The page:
If your project or organization depends on knowing things that other people don't know (but could find out if they wanted to), your days are probably numbered.Information hoarding isn't a problem unique to travel agents or real estate agents, it's actually perfectly applicable to science too. If your groups' competitive advantage comes solely from restricting access to data, analysis results, clinical samples, it might last for a while but eventually that advantage will erode.
In the research gift economy, it also means that if others know of your data hoarding practices they'll likely reciprocate in turn. What goes around comes around.
Lastly, the advantage will disappear especially quickly if the information is easily replicable, like contracting out data generation on commodity samples like human cells or tissues. Godin's penultimate paragraph notes this concisely:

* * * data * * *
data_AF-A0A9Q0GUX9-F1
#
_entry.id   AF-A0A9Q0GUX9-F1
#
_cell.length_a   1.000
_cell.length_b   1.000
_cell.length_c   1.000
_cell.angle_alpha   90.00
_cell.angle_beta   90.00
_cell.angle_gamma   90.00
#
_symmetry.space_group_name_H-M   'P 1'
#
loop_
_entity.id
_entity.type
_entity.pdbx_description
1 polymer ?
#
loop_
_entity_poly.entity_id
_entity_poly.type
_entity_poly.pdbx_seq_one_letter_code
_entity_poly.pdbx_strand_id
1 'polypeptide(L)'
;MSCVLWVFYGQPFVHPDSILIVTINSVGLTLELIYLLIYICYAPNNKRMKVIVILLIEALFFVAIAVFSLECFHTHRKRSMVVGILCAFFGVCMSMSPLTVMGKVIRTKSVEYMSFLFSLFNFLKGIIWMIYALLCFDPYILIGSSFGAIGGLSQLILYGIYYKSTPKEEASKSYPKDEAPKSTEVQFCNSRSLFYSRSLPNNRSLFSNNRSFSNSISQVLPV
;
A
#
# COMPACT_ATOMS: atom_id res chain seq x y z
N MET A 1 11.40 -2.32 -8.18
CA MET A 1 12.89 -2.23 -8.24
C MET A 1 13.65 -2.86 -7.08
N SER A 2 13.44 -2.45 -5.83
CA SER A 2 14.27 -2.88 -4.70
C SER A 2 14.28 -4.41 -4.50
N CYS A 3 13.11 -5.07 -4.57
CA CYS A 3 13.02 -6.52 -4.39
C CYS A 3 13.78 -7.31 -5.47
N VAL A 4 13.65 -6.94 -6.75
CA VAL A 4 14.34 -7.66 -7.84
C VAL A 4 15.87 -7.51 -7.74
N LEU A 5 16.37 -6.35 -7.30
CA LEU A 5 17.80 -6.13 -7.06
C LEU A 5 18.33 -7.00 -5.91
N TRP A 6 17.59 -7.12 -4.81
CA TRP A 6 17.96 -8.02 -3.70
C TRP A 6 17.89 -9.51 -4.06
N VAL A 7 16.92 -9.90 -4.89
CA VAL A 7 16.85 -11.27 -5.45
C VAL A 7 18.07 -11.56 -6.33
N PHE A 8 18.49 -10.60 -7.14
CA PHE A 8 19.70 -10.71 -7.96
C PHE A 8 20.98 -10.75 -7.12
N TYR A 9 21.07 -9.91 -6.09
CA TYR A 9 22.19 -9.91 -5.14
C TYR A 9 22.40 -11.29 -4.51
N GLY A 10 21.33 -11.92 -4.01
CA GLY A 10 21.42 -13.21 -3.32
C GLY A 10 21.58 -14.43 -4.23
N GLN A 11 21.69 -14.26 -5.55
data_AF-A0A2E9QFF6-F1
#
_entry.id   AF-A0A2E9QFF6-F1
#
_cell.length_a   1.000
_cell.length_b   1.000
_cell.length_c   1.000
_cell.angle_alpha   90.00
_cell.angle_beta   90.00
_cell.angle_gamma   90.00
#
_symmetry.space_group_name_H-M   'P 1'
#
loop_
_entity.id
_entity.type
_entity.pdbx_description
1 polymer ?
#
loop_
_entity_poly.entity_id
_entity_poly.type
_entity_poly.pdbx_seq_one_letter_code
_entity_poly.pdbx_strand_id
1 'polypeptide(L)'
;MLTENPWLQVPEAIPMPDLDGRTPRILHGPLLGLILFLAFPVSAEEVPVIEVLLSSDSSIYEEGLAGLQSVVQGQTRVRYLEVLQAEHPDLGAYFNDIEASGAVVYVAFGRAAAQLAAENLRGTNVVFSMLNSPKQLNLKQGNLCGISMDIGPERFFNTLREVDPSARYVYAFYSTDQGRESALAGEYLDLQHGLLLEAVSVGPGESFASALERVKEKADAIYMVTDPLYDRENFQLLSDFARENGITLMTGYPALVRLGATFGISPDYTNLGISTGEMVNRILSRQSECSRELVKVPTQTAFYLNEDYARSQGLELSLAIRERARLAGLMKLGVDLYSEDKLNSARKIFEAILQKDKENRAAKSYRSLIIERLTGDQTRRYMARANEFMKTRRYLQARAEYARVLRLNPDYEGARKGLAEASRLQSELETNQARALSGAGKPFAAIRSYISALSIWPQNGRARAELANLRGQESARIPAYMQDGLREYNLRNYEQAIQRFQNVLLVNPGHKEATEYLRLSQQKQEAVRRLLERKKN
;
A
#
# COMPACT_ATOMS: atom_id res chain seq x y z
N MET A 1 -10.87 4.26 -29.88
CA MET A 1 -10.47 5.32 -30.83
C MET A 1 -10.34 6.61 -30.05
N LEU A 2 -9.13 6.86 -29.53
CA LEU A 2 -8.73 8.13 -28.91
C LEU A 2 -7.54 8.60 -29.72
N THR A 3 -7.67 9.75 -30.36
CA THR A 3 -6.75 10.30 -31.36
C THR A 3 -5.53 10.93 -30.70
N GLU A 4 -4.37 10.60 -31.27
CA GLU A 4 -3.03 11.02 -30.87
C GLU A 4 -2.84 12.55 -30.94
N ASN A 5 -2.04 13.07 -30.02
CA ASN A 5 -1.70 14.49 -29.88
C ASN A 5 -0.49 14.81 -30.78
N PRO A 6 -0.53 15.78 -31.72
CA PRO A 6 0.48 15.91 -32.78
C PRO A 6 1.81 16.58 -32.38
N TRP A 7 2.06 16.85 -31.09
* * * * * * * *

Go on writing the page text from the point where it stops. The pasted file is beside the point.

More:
Information is in a hurry to flow, and if someone comes up with a better, more direct, faster and cheaper way for information to get from one place to another, they will eliminate your reason for being.With the advantage gone, and that remains is negative sentiment.